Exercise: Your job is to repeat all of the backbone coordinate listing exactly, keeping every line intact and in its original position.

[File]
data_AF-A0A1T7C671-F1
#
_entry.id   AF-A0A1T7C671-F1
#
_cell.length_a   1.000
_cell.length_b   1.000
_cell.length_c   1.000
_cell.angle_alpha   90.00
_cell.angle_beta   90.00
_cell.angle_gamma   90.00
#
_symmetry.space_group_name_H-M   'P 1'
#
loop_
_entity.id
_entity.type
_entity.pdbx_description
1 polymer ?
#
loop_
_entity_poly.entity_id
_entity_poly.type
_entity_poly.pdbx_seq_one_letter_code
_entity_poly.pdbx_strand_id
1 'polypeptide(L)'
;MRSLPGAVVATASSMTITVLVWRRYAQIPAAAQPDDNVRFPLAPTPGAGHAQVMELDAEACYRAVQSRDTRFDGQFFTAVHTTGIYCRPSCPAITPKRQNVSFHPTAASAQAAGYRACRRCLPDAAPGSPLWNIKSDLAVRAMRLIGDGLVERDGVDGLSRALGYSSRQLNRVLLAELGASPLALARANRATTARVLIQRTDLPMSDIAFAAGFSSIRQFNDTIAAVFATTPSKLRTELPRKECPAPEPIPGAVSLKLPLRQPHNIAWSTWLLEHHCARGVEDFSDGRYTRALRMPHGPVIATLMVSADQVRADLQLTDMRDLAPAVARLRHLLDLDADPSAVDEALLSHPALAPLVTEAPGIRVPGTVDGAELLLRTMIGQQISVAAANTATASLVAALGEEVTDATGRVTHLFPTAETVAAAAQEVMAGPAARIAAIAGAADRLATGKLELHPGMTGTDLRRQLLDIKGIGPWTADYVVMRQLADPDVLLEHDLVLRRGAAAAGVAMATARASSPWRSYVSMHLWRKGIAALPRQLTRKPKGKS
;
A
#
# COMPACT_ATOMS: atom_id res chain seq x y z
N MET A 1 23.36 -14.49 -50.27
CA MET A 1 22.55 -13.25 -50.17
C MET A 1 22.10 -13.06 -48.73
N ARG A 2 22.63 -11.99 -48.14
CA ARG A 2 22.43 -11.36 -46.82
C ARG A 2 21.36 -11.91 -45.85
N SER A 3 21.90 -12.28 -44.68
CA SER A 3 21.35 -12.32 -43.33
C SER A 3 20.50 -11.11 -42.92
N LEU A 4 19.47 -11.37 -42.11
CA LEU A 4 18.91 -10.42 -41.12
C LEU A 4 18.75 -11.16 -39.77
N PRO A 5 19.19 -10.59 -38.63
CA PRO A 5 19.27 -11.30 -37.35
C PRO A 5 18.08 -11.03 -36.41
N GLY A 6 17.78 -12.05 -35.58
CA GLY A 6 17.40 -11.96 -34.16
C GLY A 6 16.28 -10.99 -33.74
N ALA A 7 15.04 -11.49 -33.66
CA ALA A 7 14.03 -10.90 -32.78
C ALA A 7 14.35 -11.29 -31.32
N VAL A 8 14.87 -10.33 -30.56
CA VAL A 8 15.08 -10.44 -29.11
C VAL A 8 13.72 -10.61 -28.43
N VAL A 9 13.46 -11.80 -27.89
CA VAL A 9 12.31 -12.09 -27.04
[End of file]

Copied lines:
data_AF-A0A1T7C671-F1
#
_entry.id   AF-A0A1T7C671-F1
#
_cell.length_a   1.000
_cell.length_b   1.000
_cell.length_c   1.000
_cell.angle_alpha   90.00
_cell.angle_beta   90.00
_cell.angle_gamma   90.00
#
_symmetry.space_group_name_H-M   'P 1'
#
loop_
_entity.id
_entity.type
_entity.pdbx_description
1 polymer ?
#
loop_
_entity_poly.entity_id
_entity_poly.type
_entity_poly.pdbx_seq_one_letter_code
_entity_poly.pdbx_strand_id
1 'polypeptide(L)'
;MRSLPGAVVATASSMTITVLVWRRYAQIPAAAQPDDNVRFPLAPTPGAGHAQVMELDAEACYRAVQSRDTRFDGQFFTAVHTTGIYCRPSCPAITPKRQNVSFHPTAASAQAAGYRACRRCLPDAAPGSPLWNIKSDLAVRAMRLIGDGLVERDGVDGLSRALGYSSRQLNRVLLAELGASPLALARANRATTARVLIQRTDLPMSDIAFAAGFSSIRQFNDTIAAVFATTPSKLRTELPRKECPAPEPIPGAVSLKLPLRQPHNIAWSTWLLEHHCARGVEDFSDGRYTRALRMPHGPVIATLMVSADQVRADLQLTDMRDLAPAVARLRHLLDLDADPSAVDEALLSHPALAPLVTEAPGIRVPGTVDGAELLLRTMIGQQISVAAANTATASLVAALGEEVTDATGRVTHLFPTAETVAAAAQEVMAGPAARIAAIAGAADRLATGKLELHPGMTGTDLRRQLLDIKGIGPWTADYVVMRQLADPDVLLEHDLVLRRGAAAAGVAMATARASSPWRSYVSMHLWRKGIAALPRQLTRKPKGKS
;
A
#
# COMPACT_ATOMS: atom_id res chain seq x y z
N MET A 1 23.36 -14.49 -50.27
CA MET A 1 22.55 -13.25 -50.17
C MET A 1 22.10 -13.06 -48.73
N ARG A 2 22.63 -11.99 -48.14
CA ARG A 2 22.43 -11.36 -46.82
C ARG A 2 21.36 -11.91 -45.85
N SER A 3 21.90 -12.28 -44.68
CA SER A 3 21.35 -12.32 -43.33
C SER A 3 20.50 -11.11 -42.92
N LEU A 4 19.47 -11.37 -42.11
CA LEU A 4 18.91 -10.42 -41.12
C LEU A 4 18.75 -11.16 -39.77
N PRO A 5 19.19 -10.59 -38.63
CA PRO A 5 19.27 -11.30 -37.35
C PRO A 5 18.08 -11.03 -36.41
N GLY A 6 17.78 -12.05 -35.58
CA GLY A 6 17.40 -11.96 -34.16
C GLY A 6 16.28 -10.99 -33.74
N ALA A 7 15.04 -11.49 -33.66
CA ALA A 7 14.03 -10.90 -32.78
C ALA A 7 14.35 -11.29 -31.32
N VAL A 8 14.87 -10.33 -30.56
CA VAL A 8 15.08 -10.44 -29.11
C VAL A 8 13.72 -10.61 -28.43
N VAL A 9 13.46 -11.80 -27.89
CA VAL A 9 12.31 -12.09 -27.04